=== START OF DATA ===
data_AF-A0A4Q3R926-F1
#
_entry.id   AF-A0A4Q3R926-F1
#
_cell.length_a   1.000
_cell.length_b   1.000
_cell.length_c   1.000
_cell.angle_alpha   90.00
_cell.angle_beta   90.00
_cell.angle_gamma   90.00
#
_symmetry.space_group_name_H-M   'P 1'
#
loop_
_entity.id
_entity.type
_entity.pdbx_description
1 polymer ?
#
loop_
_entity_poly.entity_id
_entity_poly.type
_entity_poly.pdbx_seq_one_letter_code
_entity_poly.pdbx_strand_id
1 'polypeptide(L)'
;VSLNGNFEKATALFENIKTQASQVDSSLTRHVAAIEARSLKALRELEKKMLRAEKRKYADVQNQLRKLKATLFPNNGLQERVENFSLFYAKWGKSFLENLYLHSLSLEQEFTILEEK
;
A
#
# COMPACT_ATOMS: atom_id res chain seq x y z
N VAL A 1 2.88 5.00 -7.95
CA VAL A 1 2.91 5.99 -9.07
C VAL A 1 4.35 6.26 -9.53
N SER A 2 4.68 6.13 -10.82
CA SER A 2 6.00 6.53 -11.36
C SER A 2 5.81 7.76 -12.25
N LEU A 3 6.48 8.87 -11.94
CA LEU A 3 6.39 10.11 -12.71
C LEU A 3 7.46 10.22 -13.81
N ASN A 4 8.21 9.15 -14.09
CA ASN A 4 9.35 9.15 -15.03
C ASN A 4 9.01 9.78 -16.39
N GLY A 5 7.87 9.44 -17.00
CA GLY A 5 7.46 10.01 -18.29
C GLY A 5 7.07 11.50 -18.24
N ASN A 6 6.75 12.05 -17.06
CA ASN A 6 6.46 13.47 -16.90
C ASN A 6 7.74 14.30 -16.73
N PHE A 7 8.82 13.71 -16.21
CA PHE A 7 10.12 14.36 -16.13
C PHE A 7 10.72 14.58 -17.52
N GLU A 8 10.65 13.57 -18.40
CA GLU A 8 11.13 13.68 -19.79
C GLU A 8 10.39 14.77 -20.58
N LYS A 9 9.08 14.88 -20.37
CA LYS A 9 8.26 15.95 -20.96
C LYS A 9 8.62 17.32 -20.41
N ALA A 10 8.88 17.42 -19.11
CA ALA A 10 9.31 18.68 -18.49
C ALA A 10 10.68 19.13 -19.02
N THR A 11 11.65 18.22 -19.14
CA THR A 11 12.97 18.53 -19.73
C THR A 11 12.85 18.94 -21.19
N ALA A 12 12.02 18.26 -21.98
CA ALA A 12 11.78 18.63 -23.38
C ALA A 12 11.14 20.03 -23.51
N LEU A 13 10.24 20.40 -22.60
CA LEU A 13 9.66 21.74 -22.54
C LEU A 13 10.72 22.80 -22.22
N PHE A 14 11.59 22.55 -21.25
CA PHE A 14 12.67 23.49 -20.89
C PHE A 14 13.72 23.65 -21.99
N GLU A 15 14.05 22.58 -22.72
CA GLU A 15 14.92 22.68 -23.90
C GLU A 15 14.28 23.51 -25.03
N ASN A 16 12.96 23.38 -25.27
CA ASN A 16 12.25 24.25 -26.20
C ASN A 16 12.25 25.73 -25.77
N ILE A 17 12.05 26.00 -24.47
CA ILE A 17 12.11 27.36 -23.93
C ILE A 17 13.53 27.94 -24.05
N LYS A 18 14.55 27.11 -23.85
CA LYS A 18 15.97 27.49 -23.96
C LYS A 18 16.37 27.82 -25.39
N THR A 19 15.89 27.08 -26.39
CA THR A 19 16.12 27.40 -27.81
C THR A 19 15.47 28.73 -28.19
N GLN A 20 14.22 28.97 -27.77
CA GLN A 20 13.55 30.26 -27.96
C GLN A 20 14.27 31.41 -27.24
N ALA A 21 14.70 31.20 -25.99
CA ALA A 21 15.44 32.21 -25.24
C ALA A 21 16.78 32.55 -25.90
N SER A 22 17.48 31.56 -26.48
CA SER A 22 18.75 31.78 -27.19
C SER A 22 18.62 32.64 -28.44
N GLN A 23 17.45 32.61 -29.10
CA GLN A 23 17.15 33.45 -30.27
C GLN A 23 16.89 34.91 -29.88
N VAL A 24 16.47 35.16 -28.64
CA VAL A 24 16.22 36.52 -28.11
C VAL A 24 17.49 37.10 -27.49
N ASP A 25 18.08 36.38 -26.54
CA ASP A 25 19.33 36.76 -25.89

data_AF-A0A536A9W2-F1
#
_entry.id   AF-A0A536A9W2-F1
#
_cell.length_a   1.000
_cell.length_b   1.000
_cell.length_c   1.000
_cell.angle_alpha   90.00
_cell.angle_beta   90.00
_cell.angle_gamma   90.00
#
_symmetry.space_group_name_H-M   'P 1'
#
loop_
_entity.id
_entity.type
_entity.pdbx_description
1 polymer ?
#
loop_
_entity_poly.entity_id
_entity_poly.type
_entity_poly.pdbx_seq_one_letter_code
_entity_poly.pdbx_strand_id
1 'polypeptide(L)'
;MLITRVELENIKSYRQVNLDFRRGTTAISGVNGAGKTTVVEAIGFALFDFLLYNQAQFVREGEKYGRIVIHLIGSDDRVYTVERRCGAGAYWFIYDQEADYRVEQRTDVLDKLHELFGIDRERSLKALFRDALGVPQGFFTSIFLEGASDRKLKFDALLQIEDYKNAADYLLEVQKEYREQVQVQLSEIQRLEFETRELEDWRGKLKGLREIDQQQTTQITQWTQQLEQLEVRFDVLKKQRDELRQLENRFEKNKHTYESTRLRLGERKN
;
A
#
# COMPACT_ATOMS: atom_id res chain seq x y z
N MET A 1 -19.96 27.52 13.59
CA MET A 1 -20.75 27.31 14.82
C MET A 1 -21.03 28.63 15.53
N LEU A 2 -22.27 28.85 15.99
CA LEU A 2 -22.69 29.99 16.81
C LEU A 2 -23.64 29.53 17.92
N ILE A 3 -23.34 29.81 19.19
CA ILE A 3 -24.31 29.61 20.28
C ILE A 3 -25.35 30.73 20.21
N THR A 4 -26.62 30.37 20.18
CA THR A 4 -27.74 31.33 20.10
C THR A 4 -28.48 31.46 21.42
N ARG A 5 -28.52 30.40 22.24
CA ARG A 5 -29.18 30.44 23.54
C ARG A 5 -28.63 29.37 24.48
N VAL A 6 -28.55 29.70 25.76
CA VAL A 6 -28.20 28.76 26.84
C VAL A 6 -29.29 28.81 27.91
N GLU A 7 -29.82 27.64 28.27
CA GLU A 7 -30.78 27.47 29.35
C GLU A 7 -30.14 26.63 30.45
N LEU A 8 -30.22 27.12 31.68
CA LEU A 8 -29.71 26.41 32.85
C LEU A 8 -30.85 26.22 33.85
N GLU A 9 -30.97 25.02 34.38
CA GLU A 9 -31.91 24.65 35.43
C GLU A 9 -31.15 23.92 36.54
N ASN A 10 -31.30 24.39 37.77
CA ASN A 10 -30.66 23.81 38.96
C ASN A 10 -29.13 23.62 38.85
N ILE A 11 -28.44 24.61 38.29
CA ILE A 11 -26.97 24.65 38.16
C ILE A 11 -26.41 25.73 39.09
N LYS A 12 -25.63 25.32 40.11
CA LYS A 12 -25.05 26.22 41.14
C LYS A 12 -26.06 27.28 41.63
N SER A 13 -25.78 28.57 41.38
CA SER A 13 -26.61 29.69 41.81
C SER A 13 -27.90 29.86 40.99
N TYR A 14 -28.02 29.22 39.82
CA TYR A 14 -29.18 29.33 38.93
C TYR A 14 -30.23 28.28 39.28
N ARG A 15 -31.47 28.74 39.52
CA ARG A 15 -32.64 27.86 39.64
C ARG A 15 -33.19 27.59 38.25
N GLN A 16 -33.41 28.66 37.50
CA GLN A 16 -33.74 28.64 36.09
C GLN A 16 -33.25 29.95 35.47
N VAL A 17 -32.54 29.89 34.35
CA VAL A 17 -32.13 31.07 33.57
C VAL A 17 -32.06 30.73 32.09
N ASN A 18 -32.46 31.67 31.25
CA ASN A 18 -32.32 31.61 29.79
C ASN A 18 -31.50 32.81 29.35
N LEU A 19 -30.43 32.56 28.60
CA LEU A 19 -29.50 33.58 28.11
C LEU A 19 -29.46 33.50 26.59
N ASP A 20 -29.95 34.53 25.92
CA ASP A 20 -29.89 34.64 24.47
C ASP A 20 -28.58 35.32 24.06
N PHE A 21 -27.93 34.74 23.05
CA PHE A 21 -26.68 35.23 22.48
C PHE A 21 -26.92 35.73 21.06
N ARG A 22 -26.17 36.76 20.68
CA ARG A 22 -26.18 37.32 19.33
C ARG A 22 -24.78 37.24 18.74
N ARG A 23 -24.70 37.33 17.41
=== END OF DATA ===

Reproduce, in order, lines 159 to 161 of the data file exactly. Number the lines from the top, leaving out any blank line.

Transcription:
N GLU A 9 -30.97 25.02 34.38
CA GLU A 9 -31.91 24.65 35.43
C GLU A 9 -31.15 23.92 36.54